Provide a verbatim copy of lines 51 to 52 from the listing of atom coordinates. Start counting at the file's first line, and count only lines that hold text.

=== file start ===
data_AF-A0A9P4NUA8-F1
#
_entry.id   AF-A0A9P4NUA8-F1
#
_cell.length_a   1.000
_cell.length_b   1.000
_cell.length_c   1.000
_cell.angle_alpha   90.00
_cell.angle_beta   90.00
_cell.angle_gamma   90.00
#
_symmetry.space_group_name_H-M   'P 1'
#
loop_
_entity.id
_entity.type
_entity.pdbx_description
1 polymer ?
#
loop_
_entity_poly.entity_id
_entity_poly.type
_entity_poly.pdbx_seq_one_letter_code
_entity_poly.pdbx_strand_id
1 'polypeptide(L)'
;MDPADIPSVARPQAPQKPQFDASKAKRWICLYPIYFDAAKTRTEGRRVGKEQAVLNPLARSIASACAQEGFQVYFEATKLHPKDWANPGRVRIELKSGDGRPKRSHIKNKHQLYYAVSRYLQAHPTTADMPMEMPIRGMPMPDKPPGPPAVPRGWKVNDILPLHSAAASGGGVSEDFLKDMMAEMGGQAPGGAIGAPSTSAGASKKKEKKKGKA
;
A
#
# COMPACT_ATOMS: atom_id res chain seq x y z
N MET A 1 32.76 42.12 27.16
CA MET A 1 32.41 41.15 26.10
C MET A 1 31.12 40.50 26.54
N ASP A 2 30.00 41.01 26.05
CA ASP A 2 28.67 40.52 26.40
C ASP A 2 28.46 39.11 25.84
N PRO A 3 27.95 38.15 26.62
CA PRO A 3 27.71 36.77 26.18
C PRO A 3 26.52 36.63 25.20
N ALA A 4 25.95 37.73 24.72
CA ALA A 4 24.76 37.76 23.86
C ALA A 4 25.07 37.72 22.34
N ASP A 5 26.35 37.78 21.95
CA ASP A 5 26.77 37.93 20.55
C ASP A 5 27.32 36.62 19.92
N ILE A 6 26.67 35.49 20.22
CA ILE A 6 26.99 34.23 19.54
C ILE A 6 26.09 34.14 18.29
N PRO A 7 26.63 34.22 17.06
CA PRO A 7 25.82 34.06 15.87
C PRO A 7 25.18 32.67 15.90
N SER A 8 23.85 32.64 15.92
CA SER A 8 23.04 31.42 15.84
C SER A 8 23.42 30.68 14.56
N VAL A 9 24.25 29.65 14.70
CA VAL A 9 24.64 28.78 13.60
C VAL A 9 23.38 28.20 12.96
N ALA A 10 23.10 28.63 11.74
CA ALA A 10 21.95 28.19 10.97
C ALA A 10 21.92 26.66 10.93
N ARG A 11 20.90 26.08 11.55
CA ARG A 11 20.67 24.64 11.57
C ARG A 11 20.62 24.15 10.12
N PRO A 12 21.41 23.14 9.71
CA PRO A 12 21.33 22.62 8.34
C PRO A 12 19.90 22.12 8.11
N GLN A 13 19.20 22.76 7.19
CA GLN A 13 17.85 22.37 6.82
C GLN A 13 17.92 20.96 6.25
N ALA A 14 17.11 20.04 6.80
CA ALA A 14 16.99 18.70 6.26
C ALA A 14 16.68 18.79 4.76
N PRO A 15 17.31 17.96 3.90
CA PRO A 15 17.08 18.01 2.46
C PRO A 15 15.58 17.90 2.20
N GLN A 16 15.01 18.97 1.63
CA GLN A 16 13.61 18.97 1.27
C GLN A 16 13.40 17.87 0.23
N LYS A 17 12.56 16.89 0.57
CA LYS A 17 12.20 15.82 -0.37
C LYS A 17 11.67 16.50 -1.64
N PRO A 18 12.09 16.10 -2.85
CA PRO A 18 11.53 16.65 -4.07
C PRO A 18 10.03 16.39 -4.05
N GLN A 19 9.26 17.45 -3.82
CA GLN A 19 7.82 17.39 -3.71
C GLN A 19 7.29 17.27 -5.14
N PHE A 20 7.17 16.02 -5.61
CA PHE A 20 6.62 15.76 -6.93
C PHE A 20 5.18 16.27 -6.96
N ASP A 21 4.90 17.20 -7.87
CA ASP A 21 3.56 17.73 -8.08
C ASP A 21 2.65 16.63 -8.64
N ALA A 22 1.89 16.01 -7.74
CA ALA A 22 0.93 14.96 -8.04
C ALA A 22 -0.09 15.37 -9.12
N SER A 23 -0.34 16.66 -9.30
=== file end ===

C PRO A 7 25.18 32.67 15.90
N SER A 8 23.85 32.64 15.92